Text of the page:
Yo, what’s good, it’s your boy Dan and I’m here to tell you about a secret weapon for your cannabis garden: coffee grounds! Yeah, you heard me right. Those used-up coffee beans that you’ve been tossing in the bin can actually be repurposed as a kickass fertiliser for your weed plants. And the best part? They’re practically free. Let me break it down for y’all.
Coffee is one of the most popular beverages in the world, with around 400 billion cups consumed annually. But did you know that coffee beans contain important nutrients that plants need to survive? Most people just toss their used coffee grounds, but smart gardeners know that they’re a valuable resource that can help enhance soil fertility and biodiversity.
So, let’s get into the nitty gritty of how to use coffee grounds in your cannabis garden. First off, what exactly are coffee grounds? Well, when you brew coffee, the leftover brown particles that remain are known as coffee grounds. While instant coffee granules dissolve completely into water and leave no trace behind, coffee grounds are a final byproduct of the brewing process.
Now, here’s where things get interesting. Coffee grounds are packed with key nutrients that weed plants require for optimal growth and health. These include potassium, which plays a role in water and nutrient movement throughout the plant; phosphorous, which promotes root development and flower formation; calcium, which is important for structural support in cell walls and membranes; and magnesium, which is essential for the chlorophyll molecule that absorbs sunlight.
But hold up, before you go dumping your coffee grounds directly into your soil, there’s something you should know. Coffee grounds don’t release their nutrients immediately after being applied to soil. Instead, beneficial species of fungi and bacteria will start breaking down the proteins and carbs in coffee grounds as food sources. After immobilising nutrients like nitrogen and potassium, these microbes will hold onto them until they die or are eaten by other creatures in the soil food web. At this point, these nutrients become available to plants.
So why bother using coffee grounds if they don’t provide an immediate source of nutrients? Well, because they help sustain communities of soil microbes that are responsible for nutrient cycling within organic systems. Plus, earthworms love coffee grounds and will drag them below the surface to improve soil structure and water-holding capacity.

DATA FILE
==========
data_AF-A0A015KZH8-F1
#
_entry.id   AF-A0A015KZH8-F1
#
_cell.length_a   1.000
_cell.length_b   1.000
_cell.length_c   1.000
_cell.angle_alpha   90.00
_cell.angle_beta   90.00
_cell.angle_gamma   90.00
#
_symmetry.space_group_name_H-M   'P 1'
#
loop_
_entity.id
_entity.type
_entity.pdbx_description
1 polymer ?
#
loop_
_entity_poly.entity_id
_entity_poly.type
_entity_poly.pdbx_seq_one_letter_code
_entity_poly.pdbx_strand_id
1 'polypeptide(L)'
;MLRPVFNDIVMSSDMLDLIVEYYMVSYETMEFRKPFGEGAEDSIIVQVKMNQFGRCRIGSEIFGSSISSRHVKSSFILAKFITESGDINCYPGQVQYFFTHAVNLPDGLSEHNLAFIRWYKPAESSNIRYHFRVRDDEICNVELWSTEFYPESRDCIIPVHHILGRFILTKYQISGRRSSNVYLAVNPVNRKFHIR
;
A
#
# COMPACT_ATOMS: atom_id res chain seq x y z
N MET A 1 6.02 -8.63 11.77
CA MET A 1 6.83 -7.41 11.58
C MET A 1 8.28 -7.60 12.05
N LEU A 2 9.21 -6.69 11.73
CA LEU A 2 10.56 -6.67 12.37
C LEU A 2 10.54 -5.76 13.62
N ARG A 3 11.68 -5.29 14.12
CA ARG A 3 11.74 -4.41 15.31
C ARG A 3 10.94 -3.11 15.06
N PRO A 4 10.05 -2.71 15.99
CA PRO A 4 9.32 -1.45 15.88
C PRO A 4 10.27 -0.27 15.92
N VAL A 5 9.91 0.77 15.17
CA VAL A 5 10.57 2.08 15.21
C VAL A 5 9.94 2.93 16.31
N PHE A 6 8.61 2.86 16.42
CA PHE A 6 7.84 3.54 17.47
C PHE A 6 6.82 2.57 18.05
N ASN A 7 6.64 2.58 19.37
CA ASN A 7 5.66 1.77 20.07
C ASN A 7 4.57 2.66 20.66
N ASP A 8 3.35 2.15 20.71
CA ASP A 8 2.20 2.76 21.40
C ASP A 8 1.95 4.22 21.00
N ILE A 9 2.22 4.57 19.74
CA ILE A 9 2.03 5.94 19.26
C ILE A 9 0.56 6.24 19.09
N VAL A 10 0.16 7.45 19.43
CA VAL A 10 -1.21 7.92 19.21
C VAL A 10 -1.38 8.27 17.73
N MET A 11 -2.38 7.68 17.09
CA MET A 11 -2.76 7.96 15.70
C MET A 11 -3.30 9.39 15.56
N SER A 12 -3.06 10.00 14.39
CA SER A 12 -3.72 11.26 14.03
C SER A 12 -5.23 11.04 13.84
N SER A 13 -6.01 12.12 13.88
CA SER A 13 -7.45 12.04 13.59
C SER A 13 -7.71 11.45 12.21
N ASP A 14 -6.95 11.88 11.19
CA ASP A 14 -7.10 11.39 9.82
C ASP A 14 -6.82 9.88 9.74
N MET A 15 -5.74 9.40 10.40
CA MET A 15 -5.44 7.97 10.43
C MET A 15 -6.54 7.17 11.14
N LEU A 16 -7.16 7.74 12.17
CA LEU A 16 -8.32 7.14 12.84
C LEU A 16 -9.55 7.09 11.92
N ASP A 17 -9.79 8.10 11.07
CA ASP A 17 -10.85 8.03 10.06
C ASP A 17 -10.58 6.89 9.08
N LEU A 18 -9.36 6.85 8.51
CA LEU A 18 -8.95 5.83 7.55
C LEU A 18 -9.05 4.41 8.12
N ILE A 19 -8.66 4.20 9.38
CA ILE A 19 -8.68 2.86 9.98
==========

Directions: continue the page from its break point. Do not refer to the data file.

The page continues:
One thing to note: while some growers claim that coffee grounds can help keep growing mediums acidic (which is preferable for weed plants), this hasn’t been scientifically proven. Also, fresh coffee grounds can be harmful to young plants due to their phytotoxic properties. It’s best to compost them first before adding them to your garden.
Speaking of composting, coffee grounds make an excellent addition to any compost bin. They’re considered a “green” compost because they’re rich in nitrogen — a key component of healthy soil. Composting also helps break down any harmful substances in fresh coffee grounds and turns them into a valuable source of organic matter that improves soil structure and moisture retention.
Finally, some gardeners claim that coffee grounds can help deter pests like slugs and snails from munching on their precious weed plants. While there isn’t much scientific evidence to support this claim, it’s worth trying out a top dressing of coffee grounds to see if it works for you.
So there you have it folks: another way to use an everyday household item in your cannabis garden. Don’t throw away those valuable used coffee grounds — put them to work as a natural fertiliser instead!